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Calling all audio book lovers! To accent or not to accent?

After some waffling (which is what I do best), I’ve decided to have audio books created for the Delta Crossroads Trilogy. I’m very excited, and I will keep you guys posted on the process.

But I need your help. As you know, the trilogy is set in the deep South. Initially, I thought I’d need to make sure the narrator had a southern accent, because that would add authenticity. Then I realized that brings problems. First, how would I know if she got the accent right? The South has several different dialects, and figuring out the correct one will be tough. Second, would the accent be distracting to non Southerners? I know heavy British accents in movies can be distracting to me because I’m not used to them. Obviously the story comes first, and I don’t want that ruined by highlighting the accent.

So I’m seeking opinions. If you’re reading a novel, does dialect matter? Would a southern accent be distracting, or would it bring you closer to the character?

Thanks so much for your help!

And guess what?

The final book in the Delta Crossroads Trilogy, ASHES and BONE, is LIVE ON AMAZON! The book will be available in print and all digital formats on Tuesday, February 25, but Kindle readers were blessed with an early bird special!



10 comments on… “Calling all audio book lovers! To accent or not to accent?”

  1. You should talk to my aunts from Mississippi. ;-). I think the accents should be included. But I haven’t listened to too many audiobooks so my opinion should not have any weight at all! Go with your gut!!

  2. I think a kind of ‘non-specific Southern’ accent is almost a necessity. (That’s the way the books sound in my head, at least.)

  3. I know when I travel and listen to the newscasters with regional accents, an entire book, would not be as easy for the ears.

  4. One of the things I found striking in Tin God was how effectively you brought the Southern venue to life. It was one of the highlights of the story.

    One of my most favorite audiobooks is the Graveyard Queen series by Amanda Stevens. It’s set in South Carolina and the narrator gets the dialect right. It’s not overly Southern (the kind that sounds false) and is pitch perfect.

    Bottom line: I think the accent is important and it is something you have to ensure is done appropriately. It will enhance the readers’ experience while listening to the details of the story. Just my humble opinion.

  5. Heather cathrall

    An accent is nice if done right but it can be tricky. If you can pick the narrator listen to that person talk for no less than two hours and make sure the accent doesn’t get to be too much or make any of the story difficult to follow. If you are unsure about an accent you usually can’t go wrong by using a narrator without an accent or with a very mild one. I’ve definitely listened to books where the narrator has ruined the story and also ones where the narrator has added to it. It’s like picking the right leading actor for a movie. I’d say no to mild accent and would stay away from really strong accents unless you have a lot of confidence in the reader, but that’s just my oppinion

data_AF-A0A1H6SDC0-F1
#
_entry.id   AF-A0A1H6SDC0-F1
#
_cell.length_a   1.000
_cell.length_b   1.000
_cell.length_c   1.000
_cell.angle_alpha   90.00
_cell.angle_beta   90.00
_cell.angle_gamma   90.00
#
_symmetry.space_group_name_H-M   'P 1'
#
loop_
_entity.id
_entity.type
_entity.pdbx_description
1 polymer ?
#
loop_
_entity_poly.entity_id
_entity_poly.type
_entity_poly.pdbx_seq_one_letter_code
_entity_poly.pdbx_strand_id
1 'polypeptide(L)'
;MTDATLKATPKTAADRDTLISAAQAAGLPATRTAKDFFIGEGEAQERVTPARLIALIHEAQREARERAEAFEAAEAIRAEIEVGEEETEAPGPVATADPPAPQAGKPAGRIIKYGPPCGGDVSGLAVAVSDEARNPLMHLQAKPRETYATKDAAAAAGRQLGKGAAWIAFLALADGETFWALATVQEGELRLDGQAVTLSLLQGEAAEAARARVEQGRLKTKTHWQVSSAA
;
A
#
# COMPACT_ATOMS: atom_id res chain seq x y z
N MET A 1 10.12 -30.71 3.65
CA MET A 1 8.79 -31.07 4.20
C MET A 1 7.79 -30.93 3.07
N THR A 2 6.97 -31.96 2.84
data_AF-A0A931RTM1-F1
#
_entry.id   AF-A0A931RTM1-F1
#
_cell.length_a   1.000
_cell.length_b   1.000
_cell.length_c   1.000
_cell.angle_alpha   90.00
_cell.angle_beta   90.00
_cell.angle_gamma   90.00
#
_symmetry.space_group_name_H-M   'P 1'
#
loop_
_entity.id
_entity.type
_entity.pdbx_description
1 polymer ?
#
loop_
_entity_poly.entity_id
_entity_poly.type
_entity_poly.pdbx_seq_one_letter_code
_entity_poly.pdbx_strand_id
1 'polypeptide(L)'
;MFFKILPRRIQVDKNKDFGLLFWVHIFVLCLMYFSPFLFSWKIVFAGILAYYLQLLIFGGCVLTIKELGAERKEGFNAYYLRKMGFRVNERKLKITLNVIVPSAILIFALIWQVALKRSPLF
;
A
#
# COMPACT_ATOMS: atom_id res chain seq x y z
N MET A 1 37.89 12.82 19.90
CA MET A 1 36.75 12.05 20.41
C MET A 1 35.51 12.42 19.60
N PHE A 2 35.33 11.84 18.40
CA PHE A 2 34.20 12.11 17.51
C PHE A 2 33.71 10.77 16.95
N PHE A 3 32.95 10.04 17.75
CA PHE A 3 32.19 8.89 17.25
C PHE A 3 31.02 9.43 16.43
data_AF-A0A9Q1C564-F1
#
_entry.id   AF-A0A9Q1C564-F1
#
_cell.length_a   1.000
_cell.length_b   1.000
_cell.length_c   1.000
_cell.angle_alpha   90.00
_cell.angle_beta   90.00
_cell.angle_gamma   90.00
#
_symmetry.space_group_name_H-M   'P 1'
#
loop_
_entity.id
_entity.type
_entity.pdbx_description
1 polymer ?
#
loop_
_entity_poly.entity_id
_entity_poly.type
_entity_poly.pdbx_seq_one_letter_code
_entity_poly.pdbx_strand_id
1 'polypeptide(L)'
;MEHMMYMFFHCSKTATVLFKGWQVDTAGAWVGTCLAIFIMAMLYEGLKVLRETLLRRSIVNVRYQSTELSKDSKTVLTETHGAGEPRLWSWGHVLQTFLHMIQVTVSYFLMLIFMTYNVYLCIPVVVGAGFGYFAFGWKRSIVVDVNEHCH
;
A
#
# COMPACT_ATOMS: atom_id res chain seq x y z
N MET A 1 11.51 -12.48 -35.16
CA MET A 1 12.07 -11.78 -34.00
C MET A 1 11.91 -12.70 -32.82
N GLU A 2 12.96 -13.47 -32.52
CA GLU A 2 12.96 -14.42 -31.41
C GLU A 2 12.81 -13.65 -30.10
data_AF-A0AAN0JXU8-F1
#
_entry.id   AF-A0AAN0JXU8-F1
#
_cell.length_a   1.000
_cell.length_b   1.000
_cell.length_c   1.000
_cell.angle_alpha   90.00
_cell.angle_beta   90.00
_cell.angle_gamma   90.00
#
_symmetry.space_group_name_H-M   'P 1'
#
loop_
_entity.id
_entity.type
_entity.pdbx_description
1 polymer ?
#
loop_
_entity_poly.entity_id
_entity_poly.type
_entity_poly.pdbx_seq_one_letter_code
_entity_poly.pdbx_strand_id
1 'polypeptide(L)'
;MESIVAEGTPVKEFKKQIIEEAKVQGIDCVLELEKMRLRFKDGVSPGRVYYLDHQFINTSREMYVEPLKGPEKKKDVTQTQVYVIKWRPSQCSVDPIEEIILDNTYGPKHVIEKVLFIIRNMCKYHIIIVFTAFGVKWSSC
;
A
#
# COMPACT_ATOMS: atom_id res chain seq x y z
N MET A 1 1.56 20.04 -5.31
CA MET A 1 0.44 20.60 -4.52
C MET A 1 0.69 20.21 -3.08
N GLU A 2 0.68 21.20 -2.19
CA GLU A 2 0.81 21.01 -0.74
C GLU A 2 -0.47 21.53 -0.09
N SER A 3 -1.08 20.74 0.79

6. To stay true to the southern location of the book, I think you have to have the voice actor have a light Southern accent. A deep drawl would be distracting but a lit accent would remind the reader where the storymtakes place.

  7. Brooke Pratt

    Your actress doesn’t need to have a southern accent, but should be able to speak with one. As an actor myself, (pretension incoming) if I’m hired to do a specific dialect, then it is my job for it to be authentic. You pick the region, and she should do the rest. Don’t settle!

    Also, I would find it incredibly distracting for your narrator NOT to speak with a southern accent when voicing a character that is Southern. Your narrator should be able to vacillate between the narrative voice, and the character’s Southern (or not) accents.

    This is really exciting! Good Luck!

  8. Being from the South, I would love to hear a southern accent in these books. I think it would make it more authentic. Like the southern accent in the Dave Robicheaux books by James Lee Burke. It adds to the books.

    As far as having the WRONG southern accent…I’m not sure that’s a problem. I live in SE Tennessee, and there are many different accents. Some are so southern, they sound funny to me. LOL. Just have narrators audition and see what feels right. I think you’ll know when you hear the right one.

  9. Thanks so much for all of your replies! I really appreciate the feedback. Interesting to hear you’d prefer a Southern accent:) Right now, I’m talking with a company who leans toward telling the prose in “General American,” with the dialogue in the Southern accent. I think that could be doable if the narrator is strong.

    Again, thank you all, and I will keep you posted!

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